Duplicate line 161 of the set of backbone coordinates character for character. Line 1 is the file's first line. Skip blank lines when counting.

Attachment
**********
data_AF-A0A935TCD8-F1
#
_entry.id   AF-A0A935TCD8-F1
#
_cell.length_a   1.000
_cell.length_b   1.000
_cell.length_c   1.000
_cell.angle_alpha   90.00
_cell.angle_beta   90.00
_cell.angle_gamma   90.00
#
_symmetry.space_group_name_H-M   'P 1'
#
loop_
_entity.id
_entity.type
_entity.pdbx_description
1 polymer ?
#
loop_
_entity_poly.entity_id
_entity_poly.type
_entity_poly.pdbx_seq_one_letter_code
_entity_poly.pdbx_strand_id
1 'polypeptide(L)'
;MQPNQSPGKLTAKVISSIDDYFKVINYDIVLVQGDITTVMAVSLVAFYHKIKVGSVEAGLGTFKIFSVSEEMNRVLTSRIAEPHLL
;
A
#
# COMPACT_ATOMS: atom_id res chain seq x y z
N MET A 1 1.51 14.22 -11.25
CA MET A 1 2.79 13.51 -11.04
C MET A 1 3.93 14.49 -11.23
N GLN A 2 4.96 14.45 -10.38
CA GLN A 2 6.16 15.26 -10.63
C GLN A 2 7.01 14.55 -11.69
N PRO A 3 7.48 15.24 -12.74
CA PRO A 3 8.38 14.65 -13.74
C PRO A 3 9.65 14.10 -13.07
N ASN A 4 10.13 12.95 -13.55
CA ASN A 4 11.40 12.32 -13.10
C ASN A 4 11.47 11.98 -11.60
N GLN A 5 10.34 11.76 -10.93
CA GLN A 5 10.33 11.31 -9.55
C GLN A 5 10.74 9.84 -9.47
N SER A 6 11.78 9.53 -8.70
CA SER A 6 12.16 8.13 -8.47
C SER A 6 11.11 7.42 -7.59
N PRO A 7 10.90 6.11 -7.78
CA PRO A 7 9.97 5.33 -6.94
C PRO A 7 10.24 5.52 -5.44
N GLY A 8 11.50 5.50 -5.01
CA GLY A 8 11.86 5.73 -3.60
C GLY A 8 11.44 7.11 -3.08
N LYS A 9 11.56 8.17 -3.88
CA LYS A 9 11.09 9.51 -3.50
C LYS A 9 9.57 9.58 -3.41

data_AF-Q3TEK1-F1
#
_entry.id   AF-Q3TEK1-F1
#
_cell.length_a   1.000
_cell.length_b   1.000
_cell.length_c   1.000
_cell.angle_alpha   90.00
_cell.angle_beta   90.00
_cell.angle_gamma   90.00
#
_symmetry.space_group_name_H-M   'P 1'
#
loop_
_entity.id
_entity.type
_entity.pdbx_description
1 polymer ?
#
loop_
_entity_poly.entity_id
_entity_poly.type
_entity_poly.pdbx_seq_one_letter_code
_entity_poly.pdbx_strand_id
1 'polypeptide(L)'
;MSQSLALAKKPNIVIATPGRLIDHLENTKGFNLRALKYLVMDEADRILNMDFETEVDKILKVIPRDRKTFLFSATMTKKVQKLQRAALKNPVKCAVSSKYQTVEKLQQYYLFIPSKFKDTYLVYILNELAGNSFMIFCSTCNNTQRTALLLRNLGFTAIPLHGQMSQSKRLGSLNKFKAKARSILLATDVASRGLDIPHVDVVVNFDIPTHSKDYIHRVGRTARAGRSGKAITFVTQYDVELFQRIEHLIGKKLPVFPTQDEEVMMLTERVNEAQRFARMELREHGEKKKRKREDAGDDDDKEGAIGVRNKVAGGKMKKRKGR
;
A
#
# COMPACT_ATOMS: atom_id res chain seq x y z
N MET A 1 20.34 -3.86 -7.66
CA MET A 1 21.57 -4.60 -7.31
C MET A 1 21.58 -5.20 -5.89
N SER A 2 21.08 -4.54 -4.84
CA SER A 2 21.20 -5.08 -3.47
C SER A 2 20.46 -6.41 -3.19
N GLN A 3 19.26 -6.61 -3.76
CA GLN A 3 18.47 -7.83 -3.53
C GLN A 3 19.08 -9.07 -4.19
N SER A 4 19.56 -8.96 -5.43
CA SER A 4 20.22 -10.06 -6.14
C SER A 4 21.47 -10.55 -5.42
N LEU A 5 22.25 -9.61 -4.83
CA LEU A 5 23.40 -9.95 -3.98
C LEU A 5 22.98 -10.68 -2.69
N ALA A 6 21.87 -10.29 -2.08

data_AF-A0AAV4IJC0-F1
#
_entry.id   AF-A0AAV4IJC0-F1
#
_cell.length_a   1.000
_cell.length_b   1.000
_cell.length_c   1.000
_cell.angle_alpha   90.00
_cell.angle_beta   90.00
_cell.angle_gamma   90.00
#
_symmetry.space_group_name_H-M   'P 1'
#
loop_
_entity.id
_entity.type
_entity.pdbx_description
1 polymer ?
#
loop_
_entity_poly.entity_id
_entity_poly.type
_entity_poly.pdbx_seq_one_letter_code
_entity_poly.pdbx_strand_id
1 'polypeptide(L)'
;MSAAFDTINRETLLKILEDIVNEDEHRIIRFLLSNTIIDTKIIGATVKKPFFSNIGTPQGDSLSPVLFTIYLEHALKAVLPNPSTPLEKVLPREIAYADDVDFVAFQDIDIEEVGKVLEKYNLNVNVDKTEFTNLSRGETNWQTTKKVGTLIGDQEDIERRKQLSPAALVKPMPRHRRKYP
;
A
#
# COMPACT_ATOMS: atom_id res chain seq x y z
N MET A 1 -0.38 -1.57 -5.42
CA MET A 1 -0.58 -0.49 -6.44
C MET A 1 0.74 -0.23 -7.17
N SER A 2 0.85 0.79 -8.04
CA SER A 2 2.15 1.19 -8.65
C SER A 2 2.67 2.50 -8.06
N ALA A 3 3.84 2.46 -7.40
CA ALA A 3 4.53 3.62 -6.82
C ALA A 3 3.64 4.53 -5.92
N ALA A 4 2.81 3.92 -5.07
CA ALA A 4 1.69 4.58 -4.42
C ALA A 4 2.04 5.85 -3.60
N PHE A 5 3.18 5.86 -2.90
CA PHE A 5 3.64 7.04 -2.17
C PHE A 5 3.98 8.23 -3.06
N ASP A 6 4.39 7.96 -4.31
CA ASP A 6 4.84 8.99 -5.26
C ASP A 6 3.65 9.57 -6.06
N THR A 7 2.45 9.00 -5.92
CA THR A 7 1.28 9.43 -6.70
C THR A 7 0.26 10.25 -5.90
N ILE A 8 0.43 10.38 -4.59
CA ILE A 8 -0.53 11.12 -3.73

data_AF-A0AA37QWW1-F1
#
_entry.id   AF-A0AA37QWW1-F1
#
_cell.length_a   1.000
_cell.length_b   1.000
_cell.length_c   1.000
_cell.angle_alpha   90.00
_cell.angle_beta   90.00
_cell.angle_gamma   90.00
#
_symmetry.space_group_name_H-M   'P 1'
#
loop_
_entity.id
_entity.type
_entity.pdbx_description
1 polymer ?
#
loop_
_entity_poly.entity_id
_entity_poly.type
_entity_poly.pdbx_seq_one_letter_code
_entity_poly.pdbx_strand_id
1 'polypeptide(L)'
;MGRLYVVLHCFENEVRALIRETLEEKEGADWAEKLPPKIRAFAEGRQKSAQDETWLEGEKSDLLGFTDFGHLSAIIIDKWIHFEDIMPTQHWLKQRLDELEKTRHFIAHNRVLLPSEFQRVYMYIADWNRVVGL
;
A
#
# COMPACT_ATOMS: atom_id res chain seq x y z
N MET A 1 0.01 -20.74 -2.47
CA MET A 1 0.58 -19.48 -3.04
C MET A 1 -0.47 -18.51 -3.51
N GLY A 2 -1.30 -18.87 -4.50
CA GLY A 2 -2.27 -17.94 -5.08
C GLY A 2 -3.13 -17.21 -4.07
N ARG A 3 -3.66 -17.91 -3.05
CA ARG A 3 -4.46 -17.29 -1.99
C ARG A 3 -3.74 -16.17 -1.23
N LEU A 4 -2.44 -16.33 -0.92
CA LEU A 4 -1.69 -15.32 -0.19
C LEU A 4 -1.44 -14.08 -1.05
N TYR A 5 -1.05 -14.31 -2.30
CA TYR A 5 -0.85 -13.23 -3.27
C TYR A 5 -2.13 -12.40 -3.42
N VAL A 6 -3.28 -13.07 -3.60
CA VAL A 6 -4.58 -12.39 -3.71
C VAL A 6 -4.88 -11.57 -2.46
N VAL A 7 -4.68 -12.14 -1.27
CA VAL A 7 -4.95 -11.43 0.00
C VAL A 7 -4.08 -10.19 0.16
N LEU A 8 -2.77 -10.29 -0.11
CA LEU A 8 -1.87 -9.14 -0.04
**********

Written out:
_cell.length_a   1.000